The challenge: fit everything you really want from a bass synth into a 4″ x 4″ square. Make every parameter hands-on, with full-sized knobs and switches. Give it an analog filter that can be angry, not just nice.
Our solution: MeeBlip anode. It’s the new collaboration between CDM and instrument designer James Grahame. Together with James’ engineering work, we’ve cooked up a little package that focuses on packing personality:
- Digital oscillators meet an original analog filter
- Grungy, bass-heavy sounds
- Compact, 4” x 4” case (approx. 100 x 100 mm)
- Modulation, envelope, tuning, and pulse width controls
- MIDI input for compatibility with vintage and modern hardware, computers, and (with a compatible adapter) iPad and iPhone
And here’s what anode sounds like – completely unprocessed, recorded straight out of the anode’s audio jack (more sounds to come):
Price: US$129.95 / 129,95€ / £109.95
From now through December 3, though, you can it at a special Thanksgiving discount for presale customers:
US$109.95 / 109,95€ / £94.95
Presale means these are built to order – we are able to more quickly scale up volume of case manufacture – and shipped to you as quickly as we can after final assembly and testing in Canada. (ETA from now: 7 weeks.)
anode is our biggest release since the original MeeBlip three years ago. It’s been a constant reminder of why I want to be making hardware as well as writing about it. We can’t wait to get it in your hands.
And I know we’re likewise eager to answer your questions and comments – please, ask away. Having seen some discussion online, I’ll already say this:
Hell, yes, digital. MeeBlip has always been about straight-to-the-metal digital coding. The variable-pulse-wave oscillators on anode alias at the low end for extra grunge, with anti-aliasing higher for more versatility on melodies. So, we still have digital oscillators – newly tuned for sound that’s like MeeBlip, but better.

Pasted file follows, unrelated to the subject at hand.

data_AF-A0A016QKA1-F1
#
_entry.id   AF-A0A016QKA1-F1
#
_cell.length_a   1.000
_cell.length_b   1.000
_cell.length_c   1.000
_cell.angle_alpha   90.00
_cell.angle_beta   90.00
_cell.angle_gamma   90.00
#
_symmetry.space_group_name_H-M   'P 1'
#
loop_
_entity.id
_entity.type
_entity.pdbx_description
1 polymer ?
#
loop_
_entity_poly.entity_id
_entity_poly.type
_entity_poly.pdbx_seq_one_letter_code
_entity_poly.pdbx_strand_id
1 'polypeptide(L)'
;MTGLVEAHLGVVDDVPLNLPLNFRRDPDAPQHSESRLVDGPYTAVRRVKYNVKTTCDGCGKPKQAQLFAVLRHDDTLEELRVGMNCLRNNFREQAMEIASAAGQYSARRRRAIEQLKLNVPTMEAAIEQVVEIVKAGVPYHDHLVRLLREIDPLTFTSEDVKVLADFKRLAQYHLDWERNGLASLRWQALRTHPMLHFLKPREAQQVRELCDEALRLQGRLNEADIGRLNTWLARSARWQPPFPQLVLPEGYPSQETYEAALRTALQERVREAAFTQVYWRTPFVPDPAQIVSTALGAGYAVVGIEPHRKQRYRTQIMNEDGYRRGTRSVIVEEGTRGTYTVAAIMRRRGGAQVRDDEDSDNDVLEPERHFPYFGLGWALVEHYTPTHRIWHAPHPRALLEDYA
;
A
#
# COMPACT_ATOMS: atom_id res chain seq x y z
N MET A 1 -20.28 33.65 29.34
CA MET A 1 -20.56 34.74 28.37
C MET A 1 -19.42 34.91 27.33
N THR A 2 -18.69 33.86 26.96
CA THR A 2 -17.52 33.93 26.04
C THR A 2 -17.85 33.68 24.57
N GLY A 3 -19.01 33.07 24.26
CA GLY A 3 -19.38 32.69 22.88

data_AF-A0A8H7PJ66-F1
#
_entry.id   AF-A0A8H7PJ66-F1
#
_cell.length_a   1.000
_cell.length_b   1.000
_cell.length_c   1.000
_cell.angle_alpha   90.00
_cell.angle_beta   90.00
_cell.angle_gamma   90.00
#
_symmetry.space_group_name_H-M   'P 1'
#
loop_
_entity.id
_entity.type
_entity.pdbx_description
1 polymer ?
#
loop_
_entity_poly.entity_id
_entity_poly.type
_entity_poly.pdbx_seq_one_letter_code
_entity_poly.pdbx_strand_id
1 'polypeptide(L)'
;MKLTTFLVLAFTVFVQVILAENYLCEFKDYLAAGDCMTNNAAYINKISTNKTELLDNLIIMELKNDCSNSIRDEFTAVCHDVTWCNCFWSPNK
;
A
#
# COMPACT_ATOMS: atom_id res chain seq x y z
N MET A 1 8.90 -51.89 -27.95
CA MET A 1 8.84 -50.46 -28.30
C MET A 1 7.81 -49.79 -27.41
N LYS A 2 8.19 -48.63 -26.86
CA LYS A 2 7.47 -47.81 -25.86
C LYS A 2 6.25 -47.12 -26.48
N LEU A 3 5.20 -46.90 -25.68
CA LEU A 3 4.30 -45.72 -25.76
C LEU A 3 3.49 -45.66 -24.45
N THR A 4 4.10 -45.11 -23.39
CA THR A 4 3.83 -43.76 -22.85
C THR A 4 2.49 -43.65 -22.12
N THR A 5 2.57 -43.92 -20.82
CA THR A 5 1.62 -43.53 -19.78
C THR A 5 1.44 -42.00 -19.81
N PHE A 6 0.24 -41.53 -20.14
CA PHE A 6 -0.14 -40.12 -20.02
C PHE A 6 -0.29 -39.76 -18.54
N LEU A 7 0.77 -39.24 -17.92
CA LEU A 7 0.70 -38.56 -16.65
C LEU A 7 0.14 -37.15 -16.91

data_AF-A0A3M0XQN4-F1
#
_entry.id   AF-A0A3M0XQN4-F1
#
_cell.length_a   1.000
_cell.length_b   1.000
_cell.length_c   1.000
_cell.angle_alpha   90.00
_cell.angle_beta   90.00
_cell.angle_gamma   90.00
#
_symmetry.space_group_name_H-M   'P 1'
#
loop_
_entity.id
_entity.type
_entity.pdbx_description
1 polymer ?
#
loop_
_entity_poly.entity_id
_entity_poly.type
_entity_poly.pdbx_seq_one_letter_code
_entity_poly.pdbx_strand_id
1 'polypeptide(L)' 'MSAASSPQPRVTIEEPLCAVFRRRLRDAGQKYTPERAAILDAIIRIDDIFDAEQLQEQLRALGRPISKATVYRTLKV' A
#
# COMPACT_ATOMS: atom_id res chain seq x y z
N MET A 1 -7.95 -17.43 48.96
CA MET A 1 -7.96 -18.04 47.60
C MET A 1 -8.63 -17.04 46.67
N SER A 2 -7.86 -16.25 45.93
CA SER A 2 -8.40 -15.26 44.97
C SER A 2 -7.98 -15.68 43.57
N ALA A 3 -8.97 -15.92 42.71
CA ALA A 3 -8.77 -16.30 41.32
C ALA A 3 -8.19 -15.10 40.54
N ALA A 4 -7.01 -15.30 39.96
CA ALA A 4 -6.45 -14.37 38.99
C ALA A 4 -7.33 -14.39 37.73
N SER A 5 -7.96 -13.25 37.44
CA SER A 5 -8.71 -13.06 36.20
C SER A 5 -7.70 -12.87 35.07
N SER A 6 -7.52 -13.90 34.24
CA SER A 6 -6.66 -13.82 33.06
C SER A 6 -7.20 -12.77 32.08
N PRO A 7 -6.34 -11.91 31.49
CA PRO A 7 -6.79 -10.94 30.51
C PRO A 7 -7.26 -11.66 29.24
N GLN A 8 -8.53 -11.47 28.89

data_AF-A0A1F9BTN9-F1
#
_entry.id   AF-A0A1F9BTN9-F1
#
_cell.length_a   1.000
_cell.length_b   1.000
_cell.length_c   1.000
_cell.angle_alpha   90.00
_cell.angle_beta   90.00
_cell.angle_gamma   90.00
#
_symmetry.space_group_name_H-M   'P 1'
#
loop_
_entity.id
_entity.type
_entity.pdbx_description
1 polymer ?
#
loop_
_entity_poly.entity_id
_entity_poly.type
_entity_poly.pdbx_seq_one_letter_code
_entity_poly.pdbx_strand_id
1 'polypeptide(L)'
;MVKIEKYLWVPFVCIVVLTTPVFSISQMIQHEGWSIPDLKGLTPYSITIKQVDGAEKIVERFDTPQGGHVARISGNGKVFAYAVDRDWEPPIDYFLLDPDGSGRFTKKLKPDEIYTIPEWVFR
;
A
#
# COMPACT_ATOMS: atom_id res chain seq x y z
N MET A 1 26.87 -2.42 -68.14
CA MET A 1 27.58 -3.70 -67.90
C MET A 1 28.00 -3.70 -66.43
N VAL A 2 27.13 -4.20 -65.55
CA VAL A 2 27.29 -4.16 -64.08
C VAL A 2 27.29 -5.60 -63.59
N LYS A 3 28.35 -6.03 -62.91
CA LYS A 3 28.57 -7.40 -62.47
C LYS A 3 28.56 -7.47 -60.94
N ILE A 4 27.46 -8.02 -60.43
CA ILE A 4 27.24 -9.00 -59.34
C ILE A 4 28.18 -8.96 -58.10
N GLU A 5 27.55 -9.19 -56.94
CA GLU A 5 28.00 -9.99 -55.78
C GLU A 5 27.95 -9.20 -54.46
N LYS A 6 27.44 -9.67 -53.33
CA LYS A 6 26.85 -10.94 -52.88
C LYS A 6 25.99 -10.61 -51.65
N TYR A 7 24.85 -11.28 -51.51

Hell, yes, analog. For anode, James Grahame devised a new analog filter. It’s a departure from most of the KORG MS-style or transistor/diode filters currently popular on the market. It still behaves like a classic low-pass in use, but it sounds aggressive, especially as you add resonance. We wanted to make sure there was no part of the filter range that felt boring or conservative; that’s not what this instrument is about.
Simple, playable. Each knob, each switch, each range has been carefully considered (sometimes, hotly debated) to result in anode. You get hands-on control, plus a MIDI message corresponding to each parameter for automation (with the exception of analog filter resonance).
Hackable. anode is designed with the assumption that many players won’t change a thing. But if you do, we’ve made it easier to modify both firmware and software. Component swaps can transform that sound of the filter; you can add features you want like audio in or CV in if you really want. We’re also busily finishing the next-generation MeeBlip micro board, a pre-assembled board that you can easily build into your own projects, so we aren’t ignoring DIYers. MeeBlips are now all assembled projects, but if you want to solder and construct and write code, you can build on what they give you.
And yes, it’s still open source hardware
You can read more about MeeBlip anode and our process:
The New MeeBlip anode @ MeeBlip blog
Or skip straight to getting your own:
All images here rendered by
Arvid Jense, industrial designer and musician.